George Frederick Gair CMG QSO (13 October 1926 – 17 August 2015) was a New Zealand politician. He was once deputy leader of the National Party in the New Zealand Parliament, and was considered by many to be a possible contender for the leadership itself. He was known for his polite and diplomatic style, which often contrasted with the political situation around him – Michael Laws described him as "a refugee from the age of manners."
|Member of the New Zealand Parliament|
for North Shore
|Preceded by||Dean Eyre|
|Succeeded by||Bruce Cliffe|
|3rd Mayor of North Shore City|
|Preceded by||Paul Titchener|
|Succeeded by||George Wood|
|19th High Commissioner of New Zealand to the United Kingdom|
|Preceded by||Bryce Harland|
|Succeeded by||John Collinge|
George Frederick Gair
13 October 1926
Dunedin, New Zealand
|Died||17 August 2015 (aged 88)|
Auckland, New Zealand
|Spouse(s)||Esther Mary Fay Levy|
|Relations||Joanne Gair (daughter)|
Early life and familyEdit
Gair was born in Dunedin, but moved to Wellington when young. A graduate of Victoria University and University of Auckland, he worked as a journalist and as a public relations officer. He also became involved in the organisational wing of the National Party, and briefly served on the staff of Keith Holyoake. Gair married Esther Mary Fay Levy in about 1950, and the couple went on to have three children, including make-up artist and body painter Joanne Gair.
Member of ParliamentEdit
|New Zealand Parliament|
Gair first stood for the National Party nomination for the Remuera electorate in the 1966 election, losing the nomination to Allan Highet. Gair then went across the bridge and contested and won the North Shore nomination from retiring National MP Dean Eyre. He was successful, and was elected to Parliament that year.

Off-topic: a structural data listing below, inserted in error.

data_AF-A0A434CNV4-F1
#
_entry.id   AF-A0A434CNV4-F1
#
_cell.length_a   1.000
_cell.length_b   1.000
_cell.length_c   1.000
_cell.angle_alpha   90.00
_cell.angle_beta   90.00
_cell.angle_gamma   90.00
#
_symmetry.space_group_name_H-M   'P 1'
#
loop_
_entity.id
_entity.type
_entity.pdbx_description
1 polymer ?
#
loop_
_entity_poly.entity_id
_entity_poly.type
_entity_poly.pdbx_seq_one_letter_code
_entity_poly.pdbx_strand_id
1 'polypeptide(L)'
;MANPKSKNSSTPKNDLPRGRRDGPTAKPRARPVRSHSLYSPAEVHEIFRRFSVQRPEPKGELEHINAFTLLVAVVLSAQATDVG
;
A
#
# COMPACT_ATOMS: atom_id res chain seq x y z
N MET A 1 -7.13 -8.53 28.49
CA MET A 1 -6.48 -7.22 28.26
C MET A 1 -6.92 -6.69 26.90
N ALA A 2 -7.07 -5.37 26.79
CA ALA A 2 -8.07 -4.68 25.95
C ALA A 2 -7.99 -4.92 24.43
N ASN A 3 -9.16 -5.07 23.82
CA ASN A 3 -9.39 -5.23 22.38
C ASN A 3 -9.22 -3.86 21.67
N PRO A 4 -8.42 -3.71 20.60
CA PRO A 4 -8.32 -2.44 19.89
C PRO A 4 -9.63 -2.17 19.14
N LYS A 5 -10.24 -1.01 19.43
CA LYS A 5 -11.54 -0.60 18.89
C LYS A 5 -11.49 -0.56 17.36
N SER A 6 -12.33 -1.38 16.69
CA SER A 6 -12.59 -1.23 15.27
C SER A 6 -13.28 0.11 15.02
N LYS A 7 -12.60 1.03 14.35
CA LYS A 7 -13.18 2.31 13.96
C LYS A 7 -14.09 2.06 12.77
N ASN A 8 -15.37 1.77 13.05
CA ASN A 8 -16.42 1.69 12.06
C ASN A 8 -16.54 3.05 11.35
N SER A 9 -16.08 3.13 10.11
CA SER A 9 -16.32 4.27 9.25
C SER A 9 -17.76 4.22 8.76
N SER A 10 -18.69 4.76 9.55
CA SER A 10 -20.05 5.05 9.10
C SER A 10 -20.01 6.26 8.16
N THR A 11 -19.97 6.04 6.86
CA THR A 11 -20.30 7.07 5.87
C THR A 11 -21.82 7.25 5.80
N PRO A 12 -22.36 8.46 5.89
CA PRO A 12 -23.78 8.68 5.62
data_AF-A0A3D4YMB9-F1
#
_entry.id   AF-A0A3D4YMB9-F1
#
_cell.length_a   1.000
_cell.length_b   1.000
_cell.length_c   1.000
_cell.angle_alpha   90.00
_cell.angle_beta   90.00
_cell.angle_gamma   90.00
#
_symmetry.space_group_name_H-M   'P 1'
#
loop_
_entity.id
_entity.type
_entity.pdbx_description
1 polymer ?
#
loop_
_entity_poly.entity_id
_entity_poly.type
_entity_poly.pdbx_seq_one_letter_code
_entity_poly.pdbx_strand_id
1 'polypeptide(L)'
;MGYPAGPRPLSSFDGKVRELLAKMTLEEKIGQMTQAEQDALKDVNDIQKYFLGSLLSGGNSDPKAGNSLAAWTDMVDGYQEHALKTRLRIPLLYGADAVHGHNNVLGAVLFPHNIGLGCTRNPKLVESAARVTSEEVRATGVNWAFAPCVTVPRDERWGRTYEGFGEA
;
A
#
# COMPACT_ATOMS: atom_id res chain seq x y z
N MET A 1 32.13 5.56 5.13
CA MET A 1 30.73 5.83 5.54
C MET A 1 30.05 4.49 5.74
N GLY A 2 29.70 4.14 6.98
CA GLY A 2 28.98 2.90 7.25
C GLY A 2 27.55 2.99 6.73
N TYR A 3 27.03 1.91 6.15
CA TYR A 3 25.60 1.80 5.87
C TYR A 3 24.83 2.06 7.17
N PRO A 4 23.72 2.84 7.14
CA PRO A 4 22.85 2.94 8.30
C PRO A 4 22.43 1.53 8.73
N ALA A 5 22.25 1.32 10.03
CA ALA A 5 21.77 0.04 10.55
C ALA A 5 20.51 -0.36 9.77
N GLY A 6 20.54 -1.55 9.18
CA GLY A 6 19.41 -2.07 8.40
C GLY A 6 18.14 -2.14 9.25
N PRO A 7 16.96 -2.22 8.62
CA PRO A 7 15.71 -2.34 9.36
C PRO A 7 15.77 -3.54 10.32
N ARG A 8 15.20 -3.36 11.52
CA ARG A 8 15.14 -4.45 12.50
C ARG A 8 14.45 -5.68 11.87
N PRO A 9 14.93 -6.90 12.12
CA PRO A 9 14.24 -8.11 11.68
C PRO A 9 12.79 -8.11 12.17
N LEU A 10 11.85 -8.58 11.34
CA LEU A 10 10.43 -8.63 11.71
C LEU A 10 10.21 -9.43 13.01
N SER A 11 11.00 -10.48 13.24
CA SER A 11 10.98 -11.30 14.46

In Parliament, Gair came to be regarded as a competent and diligent administrator. He briefly became Minister of Customs in 1972 at the end of the Second National government, but this was interrupted when National lost the 1972 election to the Labour Party under Norman Kirk. When National was returned to power in the 1975 election, Gair was returned to cabinet in the Third National government. Between that time and National's defeat in the 1984 election, Gair held a number of challenging portfolios, including serving as Minister of Health and Minister of Social Welfare. He also served as Minister of Housing, Minister of Energy, Minister of Transport, Minister of Railways and a number of other roles.
Gair also distinguished himself for some of his personal views. Gair, although a member of the country's main conservative party, generally adopted a "live and let live" approach to social and moral issues, rejecting what he saw as "intolerance" in some of his colleagues. These beliefs were especially noticeable when, in the late 1970s, Gair opposed measures to restrict abortion. Barry Gustafson, in his history of the National Party, called Gair "the most effective strategist of the parliamentary pro-abortion lobby".
Gair's support of abortion earned him the hostility of many National Party colleagues, including that of the party's leader, Robert Muldoon. Muldoon was already somewhat distrustful of Gair, as Gair had occasionally been spoken of as an alternative party leader. The political styles of Muldoon and Gair were radically different – Muldoon had a reputation as being tough and confrontational, while Gair was seen as polite and diplomatic. Some members of the party who disliked Muldoon's "dictatorial" style saw Gair as a possible alternative.